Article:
In response to President Donald Trump’s executive order on immigration, the presidents of 15 CUNY student governments signed a statement condemning the decision. The executive order led to four prominent cases of students not being allowed back into the United States.
On Feb. 9, The U.S. Court of Appeals for the Ninth Circuit has ruled 3-0 against the administration’s attempt to reinstate the executive order, causing the president to tweet, “SEE YOU IN COURT.” With the decision, the Appeals Court upheld a lower court’s ruling allowing visa and green card holders to safely travel to and from the United States. However, CUNY’s immigrant community is still concerned with the executive order.
“Our University was founded on the principle that all ethnic and racial groups no matter the gender should be allowed equal access and opportunity to higher education,” the statement read. “We are disgusted by your unreasonable and immoral act which has prevented so many from pursuing the American Dream.”
Trump’s executive order banned citizens of Iran, Iraq, Libya, Somalia, Sudan, Syria and Yemen from entering the country for 90 days, including valid visa and green card holders. All refugees were denied entry for 120 days, while refugees from Syria were blocked from entering the country indefinitely.
According to a statement posted on Hunter College’s website, the executive order could impact 120 CUNY students, along with some members of the faculty and staff. This is just part of the 40 percent of CUNY students who were born outside of the United States.
The International Student Service Center, which has access to the number of students affected by the order, did not immediately respond to a request for comment.
Trump’s executive order resulted in confusion and outrage. On the day when the ban was signed into effect, citizens of those seven countries suddenly found themselves unable to board planes destined for the United States.
In some cases, people who had boarded the planes were asked to exit them. Those who were mid-flight were detained in the airport for several hours or put on the same plane back from where they departed.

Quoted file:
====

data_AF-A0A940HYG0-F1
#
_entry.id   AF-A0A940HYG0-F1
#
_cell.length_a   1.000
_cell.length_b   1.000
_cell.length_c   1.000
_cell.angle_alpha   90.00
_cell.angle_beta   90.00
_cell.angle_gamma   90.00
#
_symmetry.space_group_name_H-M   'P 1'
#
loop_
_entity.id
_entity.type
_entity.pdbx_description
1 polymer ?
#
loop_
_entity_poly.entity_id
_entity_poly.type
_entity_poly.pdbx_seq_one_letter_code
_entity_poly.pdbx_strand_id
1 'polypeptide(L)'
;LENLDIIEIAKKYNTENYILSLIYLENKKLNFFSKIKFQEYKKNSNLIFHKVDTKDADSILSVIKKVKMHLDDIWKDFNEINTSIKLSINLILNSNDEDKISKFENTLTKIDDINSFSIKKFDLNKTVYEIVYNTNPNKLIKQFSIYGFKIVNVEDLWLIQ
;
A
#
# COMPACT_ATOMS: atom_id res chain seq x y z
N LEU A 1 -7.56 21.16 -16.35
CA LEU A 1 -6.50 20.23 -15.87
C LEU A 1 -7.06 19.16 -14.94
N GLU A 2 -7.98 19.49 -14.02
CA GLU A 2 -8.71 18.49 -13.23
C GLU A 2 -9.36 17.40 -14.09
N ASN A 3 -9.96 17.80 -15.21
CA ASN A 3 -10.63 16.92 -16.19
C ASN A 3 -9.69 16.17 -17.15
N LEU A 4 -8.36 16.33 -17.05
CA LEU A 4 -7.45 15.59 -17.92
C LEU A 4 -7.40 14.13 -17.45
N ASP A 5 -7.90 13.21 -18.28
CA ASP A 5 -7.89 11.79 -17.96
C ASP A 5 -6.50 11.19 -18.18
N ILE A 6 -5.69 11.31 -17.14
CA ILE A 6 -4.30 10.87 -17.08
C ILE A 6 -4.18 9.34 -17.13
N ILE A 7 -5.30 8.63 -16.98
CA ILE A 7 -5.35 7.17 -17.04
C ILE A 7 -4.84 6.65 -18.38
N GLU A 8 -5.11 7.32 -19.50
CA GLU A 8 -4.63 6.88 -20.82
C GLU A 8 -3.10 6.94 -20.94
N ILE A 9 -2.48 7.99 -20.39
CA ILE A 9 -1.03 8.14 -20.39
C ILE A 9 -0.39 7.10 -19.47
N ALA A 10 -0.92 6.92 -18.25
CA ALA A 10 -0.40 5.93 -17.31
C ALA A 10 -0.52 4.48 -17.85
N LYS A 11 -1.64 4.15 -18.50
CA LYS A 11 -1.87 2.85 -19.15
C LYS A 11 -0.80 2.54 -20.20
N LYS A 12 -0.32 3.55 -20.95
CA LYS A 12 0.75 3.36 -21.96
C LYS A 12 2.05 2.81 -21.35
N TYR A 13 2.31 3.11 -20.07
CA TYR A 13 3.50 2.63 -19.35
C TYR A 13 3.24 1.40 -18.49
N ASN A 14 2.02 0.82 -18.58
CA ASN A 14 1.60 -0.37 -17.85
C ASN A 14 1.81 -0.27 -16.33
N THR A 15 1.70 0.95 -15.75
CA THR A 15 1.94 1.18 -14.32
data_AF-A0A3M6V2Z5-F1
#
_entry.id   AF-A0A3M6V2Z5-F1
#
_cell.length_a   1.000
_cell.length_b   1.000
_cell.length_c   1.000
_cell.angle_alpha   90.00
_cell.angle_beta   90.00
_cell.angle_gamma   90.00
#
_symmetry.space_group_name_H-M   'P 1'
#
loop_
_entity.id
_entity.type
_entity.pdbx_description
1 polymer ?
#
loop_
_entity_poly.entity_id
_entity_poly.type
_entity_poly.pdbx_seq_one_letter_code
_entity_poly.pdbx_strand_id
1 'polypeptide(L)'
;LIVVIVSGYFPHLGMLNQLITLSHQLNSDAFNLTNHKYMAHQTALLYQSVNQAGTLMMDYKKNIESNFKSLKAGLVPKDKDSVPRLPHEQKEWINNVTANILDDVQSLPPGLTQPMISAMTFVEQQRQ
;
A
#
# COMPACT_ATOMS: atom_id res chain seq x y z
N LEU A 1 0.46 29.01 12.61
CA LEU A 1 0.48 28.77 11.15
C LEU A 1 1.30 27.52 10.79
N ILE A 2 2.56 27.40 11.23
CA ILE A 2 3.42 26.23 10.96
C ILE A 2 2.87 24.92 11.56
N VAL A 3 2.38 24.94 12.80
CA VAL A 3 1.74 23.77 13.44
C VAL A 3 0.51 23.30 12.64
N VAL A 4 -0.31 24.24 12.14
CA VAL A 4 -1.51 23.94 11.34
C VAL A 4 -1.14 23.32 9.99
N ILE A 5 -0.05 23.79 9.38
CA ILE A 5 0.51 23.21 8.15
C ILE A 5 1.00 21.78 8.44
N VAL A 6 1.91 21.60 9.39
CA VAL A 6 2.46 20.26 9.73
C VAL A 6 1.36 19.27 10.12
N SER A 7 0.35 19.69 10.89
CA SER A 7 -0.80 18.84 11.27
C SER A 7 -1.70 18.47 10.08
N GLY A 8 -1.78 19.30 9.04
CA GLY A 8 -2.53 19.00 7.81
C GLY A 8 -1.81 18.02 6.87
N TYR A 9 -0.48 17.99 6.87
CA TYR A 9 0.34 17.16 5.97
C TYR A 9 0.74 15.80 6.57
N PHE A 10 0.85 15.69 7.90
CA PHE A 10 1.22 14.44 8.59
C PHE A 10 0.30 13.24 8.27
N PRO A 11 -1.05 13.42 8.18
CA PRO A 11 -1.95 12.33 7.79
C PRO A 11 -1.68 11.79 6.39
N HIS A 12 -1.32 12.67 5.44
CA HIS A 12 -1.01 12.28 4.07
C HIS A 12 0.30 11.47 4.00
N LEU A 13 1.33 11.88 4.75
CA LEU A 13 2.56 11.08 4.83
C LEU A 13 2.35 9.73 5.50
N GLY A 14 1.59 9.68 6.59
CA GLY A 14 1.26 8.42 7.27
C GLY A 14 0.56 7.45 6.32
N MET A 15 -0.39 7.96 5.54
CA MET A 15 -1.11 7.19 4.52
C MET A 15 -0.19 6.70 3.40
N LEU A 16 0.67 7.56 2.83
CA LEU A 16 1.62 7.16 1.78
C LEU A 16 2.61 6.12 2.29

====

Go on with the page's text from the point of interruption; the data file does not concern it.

The executive order sparked protests in major cities across the country. New York’s John F. Kennedy International Airport was soon flooded with hundreds of protestors and lawyers demanding for the release of those held in custody.
In an interview, Daniel Dornbaum, president of Baruch’s Undergraduate Student Government, said USG has been trying to help students who needed information.
“There’s not much that we can personally do, but we want to be a resource to students,” Dornbaum said. “A lot of the times, students feel more comfortable coming to us rather than administration. We need to be that kind of [connecting piece] between the resources that this college has and the students on the ground.”
One of the resources mentioned by Dornbaum is a lawyer paid for by USG. Dornbaum explained that USG pays for a lawyer to spend time on campus so that students can receive legal services for free. The lawyer has temporarily relocated to the Bearcat Den so that students affected by the executive order can have easier access to the help they need.
CUNY officials also signed a document deeming all 24 colleges sanctuary colleges. Similar to the term “sanctuary city,” sanctuary colleges are committed to protect the privacy of their students. This means that CUNY workers will not release information about students without a court order.
Mayor Bill de Blasio has also vowed to protect the privacy and immigration status of New Yorkers, even if it means losing federal funding for the city. If it came down to it, the mayor said he would delete the IDNYC records collected during the application process.
As Trump’s presidency continues, so do the protests voicing their opposition to his candidacy. While his Tweet may signal that he will appeal the executive order, CUNY students can expect their student governments to be on their side.
“We do not stand for hate and we do not stand for discrimination,” the statement from student government presidents read. “All twenty-four of our campuses are located in New York City where thousands have already rallied, marched, and protested the signing of this action.”
“We will join them in their outrage and will continue to oppose a discriminatory agenda as the face of your resistance.”
For now, however, the ruling of the Appeals Court will remain in effect.